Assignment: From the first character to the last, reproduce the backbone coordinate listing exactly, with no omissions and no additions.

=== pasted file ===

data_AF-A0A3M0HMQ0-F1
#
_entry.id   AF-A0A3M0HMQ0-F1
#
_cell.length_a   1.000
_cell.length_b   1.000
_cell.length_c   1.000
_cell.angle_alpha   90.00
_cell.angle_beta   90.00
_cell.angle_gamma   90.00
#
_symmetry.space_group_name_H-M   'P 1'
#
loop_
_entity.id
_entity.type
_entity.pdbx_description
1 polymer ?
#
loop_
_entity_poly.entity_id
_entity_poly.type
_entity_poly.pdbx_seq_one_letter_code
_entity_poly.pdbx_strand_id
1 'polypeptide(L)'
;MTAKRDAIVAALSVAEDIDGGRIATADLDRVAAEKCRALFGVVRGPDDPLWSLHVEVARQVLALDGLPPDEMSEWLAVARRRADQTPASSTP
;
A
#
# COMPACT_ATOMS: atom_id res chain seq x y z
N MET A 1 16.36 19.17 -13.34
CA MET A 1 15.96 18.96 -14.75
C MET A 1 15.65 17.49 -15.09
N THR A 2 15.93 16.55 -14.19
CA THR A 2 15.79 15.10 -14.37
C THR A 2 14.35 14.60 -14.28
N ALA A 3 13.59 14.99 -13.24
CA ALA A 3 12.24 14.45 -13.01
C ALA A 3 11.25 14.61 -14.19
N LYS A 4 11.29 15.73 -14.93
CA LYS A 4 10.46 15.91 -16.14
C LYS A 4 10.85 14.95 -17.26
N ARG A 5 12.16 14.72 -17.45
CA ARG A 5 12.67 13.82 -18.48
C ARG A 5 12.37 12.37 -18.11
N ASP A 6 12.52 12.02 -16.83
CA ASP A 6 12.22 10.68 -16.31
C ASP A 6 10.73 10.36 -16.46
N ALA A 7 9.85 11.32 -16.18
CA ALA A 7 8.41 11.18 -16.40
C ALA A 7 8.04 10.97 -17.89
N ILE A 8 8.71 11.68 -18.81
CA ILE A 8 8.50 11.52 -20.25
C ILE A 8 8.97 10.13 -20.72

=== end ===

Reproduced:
data_AF-A0A3M0HMQ0-F1
#
_entry.id   AF-A0A3M0HMQ0-F1
#
_cell.length_a   1.000
_cell.length_b   1.000
_cell.length_c   1.000
_cell.angle_alpha   90.00
_cell.angle_beta   90.00
_cell.angle_gamma   90.00
#
_symmetry.space_group_name_H-M   'P 1'
#
loop_
_entity.id
_entity.type
_entity.pdbx_description
1 polymer ?
#
loop_
_entity_poly.entity_id
_entity_poly.type
_entity_poly.pdbx_seq_one_letter_code
_entity_poly.pdbx_strand_id
1 'polypeptide(L)'
;MTAKRDAIVAALSVAEDIDGGRIATADLDRVAAEKCRALFGVVRGPDDPLWSLHVEVARQVLALDGLPPDEMSEWLAVARRRADQTPASSTP
;
A
#
# COMPACT_ATOMS: atom_id res chain seq x y z
N MET A 1 16.36 19.17 -13.34
CA MET A 1 15.96 18.96 -14.75
C MET A 1 15.65 17.49 -15.09
N THR A 2 15.93 16.55 -14.19
CA THR A 2 15.79 15.10 -14.37
C THR A 2 14.35 14.60 -14.28
N ALA A 3 13.59 14.99 -13.24
CA ALA A 3 12.24 14.45 -13.01
C ALA A 3 11.25 14.61 -14.19
N LYS A 4 11.29 15.73 -14.93
CA LYS A 4 10.46 15.91 -16.14
C LYS A 4 10.85 14.95 -17.26
N ARG A 5 12.16 14.72 -17.45
CA ARG A 5 12.67 13.82 -18.48
C ARG A 5 12.37 12.37 -18.11
N ASP A 6 12.52 12.02 -16.83
CA ASP A 6 12.22 10.68 -16.31
C ASP A 6 10.73 10.36 -16.46
N ALA A 7 9.85 11.32 -16.18
CA ALA A 7 8.41 11.18 -16.40
C ALA A 7 8.04 10.97 -17.89
N ILE A 8 8.71 11.68 -18.81
CA ILE A 8 8.50 11.52 -20.25
C ILE A 8 8.97 10.13 -20.72